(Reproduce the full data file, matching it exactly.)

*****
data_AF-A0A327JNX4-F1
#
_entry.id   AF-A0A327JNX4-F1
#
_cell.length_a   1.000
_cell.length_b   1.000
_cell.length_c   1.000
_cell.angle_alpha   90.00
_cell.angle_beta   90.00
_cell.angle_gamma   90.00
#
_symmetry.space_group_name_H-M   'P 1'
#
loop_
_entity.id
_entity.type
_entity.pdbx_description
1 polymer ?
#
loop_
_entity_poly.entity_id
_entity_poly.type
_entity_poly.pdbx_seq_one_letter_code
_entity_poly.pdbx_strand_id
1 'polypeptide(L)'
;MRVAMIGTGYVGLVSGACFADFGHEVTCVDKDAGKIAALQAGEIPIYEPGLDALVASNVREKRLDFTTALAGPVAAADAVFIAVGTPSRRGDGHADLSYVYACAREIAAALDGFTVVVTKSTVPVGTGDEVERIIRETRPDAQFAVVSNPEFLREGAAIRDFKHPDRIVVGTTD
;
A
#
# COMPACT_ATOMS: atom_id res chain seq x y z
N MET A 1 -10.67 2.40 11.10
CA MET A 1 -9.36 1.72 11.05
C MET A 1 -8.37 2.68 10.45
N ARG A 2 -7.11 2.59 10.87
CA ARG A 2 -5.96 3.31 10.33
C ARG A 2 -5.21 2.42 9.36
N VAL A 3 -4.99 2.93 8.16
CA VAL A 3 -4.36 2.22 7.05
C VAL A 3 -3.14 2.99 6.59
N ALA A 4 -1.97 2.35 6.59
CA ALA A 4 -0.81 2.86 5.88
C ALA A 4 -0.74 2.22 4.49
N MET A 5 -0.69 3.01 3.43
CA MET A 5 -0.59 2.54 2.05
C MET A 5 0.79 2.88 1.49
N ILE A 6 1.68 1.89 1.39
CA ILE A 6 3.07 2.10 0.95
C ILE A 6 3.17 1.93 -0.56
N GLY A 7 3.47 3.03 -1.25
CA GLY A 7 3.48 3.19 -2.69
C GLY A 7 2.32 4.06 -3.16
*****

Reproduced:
data_AF-A0A327JNX4-F1
#
_entry.id   AF-A0A327JNX4-F1
#
_cell.length_a   1.000
_cell.length_b   1.000
_cell.length_c   1.000
_cell.angle_alpha   90.00
_cell.angle_beta   90.00
_cell.angle_gamma   90.00
#
_symmetry.space_group_name_H-M   'P 1'
#
loop_
_entity.id
_entity.type
_entity.pdbx_description
1 polymer ?
#
loop_
_entity_poly.entity_id
_entity_poly.type
_entity_poly.pdbx_seq_one_letter_code
_entity_poly.pdbx_strand_id
1 'polypeptide(L)'
;MRVAMIGTGYVGLVSGACFADFGHEVTCVDKDAGKIAALQAGEIPIYEPGLDALVASNVREKRLDFTTALAGPVAAADAVFIAVGTPSRRGDGHADLSYVYACAREIAAALDGFTVVVTKSTVPVGTGDEVERIIRETRPDAQFAVVSNPEFLREGAAIRDFKHPDRIVVGTTD
;
A
#
# COMPACT_ATOMS: atom_id res chain seq x y z
N MET A 1 -10.67 2.40 11.10
CA MET A 1 -9.36 1.72 11.05
C MET A 1 -8.37 2.68 10.45
N ARG A 2 -7.11 2.59 10.87
CA ARG A 2 -5.96 3.31 10.33
C ARG A 2 -5.21 2.42 9.36
N VAL A 3 -4.99 2.93 8.16
CA VAL A 3 -4.36 2.22 7.05
C VAL A 3 -3.14 2.99 6.59
N ALA A 4 -1.97 2.35 6.59
CA ALA A 4 -0.81 2.86 5.88
C ALA A 4 -0.74 2.22 4.49
N MET A 5 -0.69 3.01 3.43
CA MET A 5 -0.59 2.54 2.05
C MET A 5 0.79 2.88 1.49
N ILE A 6 1.68 1.89 1.39
CA ILE A 6 3.07 2.10 0.95
C ILE A 6 3.17 1.93 -0.56
N GLY A 7 3.47 3.03 -1.25
CA GLY A 7 3.48 3.19 -2.69
C GLY A 7 2.32 4.06 -3.16